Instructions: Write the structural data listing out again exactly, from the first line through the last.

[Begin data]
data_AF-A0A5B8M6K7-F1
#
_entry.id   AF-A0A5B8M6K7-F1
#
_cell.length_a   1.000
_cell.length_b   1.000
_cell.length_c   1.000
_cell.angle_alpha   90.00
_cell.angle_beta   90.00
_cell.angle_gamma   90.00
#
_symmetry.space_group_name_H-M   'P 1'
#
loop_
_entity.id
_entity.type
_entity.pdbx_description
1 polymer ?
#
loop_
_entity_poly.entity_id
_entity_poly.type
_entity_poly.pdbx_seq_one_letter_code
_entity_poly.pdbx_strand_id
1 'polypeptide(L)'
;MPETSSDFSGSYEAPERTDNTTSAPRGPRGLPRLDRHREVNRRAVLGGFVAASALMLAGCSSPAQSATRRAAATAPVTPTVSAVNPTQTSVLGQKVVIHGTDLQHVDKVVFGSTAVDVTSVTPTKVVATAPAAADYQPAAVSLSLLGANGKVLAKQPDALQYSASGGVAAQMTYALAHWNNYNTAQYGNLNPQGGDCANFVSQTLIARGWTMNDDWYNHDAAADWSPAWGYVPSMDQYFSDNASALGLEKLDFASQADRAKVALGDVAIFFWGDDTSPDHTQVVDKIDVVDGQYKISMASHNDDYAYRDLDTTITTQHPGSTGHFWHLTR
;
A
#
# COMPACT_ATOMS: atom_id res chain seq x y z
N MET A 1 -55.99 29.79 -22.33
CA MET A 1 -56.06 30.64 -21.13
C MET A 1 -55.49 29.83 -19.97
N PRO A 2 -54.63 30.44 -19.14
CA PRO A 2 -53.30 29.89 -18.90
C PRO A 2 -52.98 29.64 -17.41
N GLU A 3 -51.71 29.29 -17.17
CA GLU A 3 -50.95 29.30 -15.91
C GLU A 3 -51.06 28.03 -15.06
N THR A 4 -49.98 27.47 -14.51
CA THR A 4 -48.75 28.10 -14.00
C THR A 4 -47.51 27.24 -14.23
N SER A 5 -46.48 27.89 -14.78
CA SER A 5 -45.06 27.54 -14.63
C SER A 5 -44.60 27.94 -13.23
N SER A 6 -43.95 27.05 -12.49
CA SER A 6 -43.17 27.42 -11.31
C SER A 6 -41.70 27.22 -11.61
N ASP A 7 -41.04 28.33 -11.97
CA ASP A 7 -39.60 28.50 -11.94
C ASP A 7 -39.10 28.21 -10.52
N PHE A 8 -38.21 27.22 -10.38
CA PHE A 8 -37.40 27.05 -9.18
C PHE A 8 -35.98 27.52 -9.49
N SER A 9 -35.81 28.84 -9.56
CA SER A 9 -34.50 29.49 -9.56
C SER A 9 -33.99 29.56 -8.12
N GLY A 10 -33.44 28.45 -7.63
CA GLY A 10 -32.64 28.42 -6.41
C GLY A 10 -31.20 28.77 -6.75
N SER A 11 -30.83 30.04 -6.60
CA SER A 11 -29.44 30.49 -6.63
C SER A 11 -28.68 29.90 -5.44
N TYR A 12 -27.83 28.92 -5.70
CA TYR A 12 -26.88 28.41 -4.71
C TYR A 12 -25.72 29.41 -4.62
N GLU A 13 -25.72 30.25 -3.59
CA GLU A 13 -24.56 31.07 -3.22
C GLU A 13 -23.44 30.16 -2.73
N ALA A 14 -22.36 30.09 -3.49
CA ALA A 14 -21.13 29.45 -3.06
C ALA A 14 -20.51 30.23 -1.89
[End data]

data_AF-A0A5B8M6K7-F1
#
_entry.id   AF-A0A5B8M6K7-F1
#
_cell.length_a   1.000
_cell.length_b   1.000
_cell.length_c   1.000
_cell.angle_alpha   90.00
_cell.angle_beta   90.00
_cell.angle_gamma   90.00
#
_symmetry.space_group_name_H-M   'P 1'
#
loop_
_entity.id
_entity.type
_entity.pdbx_description
1 polymer ?
#
loop_
_entity_poly.entity_id
_entity_poly.type
_entity_poly.pdbx_seq_one_letter_code
_entity_poly.pdbx_strand_id
1 'polypeptide(L)'
;MPETSSDFSGSYEAPERTDNTTSAPRGPRGLPRLDRHREVNRRAVLGGFVAASALMLAGCSSPAQSATRRAAATAPVTPTVSAVNPTQTSVLGQKVVIHGTDLQHVDKVVFGSTAVDVTSVTPTKVVATAPAAADYQPAAVSLSLLGANGKVLAKQPDALQYSASGGVAAQMTYALAHWNNYNTAQYGNLNPQGGDCANFVSQTLIARGWTMNDDWYNHDAAADWSPAWGYVPSMDQYFSDNASALGLEKLDFASQADRAKVALGDVAIFFWGDDTSPDHTQVVDKIDVVDGQYKISMASHNDDYAYRDLDTTITTQHPGSTGHFWHLTR
;
A
#
# COMPACT_ATOMS: atom_id res chain seq x y z
N MET A 1 -55.99 29.79 -22.33
CA MET A 1 -56.06 30.64 -21.13
C MET A 1 -55.49 29.83 -19.97
N PRO A 2 -54.63 30.44 -19.14
CA PRO A 2 -53.30 29.89 -18.90
C PRO A 2 -52.98 29.64 -17.41
N GLU A 3 -51.71 29.29 -17.17
CA GLU A 3 -50.95 29.30 -15.91
C GLU A 3 -51.06 28.03 -15.06
N THR A 4 -49.98 27.47 -14.51
CA THR A 4 -48.75 28.10 -14.00
C THR A 4 -47.51 27.24 -14.23
N SER A 5 -46.48 27.89 -14.78
CA SER A 5 -45.06 27.54 -14.63
C SER A 5 -44.60 27.94 -13.23
N SER A 6 -43.95 27.05 -12.49
CA SER A 6 -43.17 27.42 -11.31
C SER A 6 -41.70 27.22 -11.61
N ASP A 7 -41.04 28.33 -11.97
CA ASP A 7 -39.60 28.50 -11.94
C ASP A 7 -39.10 28.21 -10.52
N PHE A 8 -38.21 27.22 -10.38
CA PHE A 8 -37.40 27.05 -9.18
C PHE A 8 -35.98 27.52 -9.49
N SER A 9 -35.81 28.84 -9.56
CA SER A 9 -34.50 29.49 -9.56
C SER A 9 -33.99 29.56 -8.12
N GLY A 10 -33.44 28.45 -7.63
CA GLY A 10 -32.64 28.42 -6.41
C GLY A 10 -31.20 28.77 -6.75
N SER A 11 -30.83 30.04 -6.60
CA SER A 11 -29.44 30.49 -6.63
C SER A 11 -28.68 29.90 -5.44
N TYR A 12 -27.83 28.92 -5.70
CA TYR A 12 -26.88 28.41 -4.71
C TYR A 12 -25.72 29.41 -4.62
N GLU A 13 -25.72 30.25 -3.59
CA GLU A 13 -24.56 31.07 -3.22
C GLU A 13 -23.44 30.16 -2.73
N ALA A 14 -22.36 30.09 -3.49
CA ALA A 14 -21.13 29.45 -3.06
C ALA A 14 -20.51 30.23 -1.89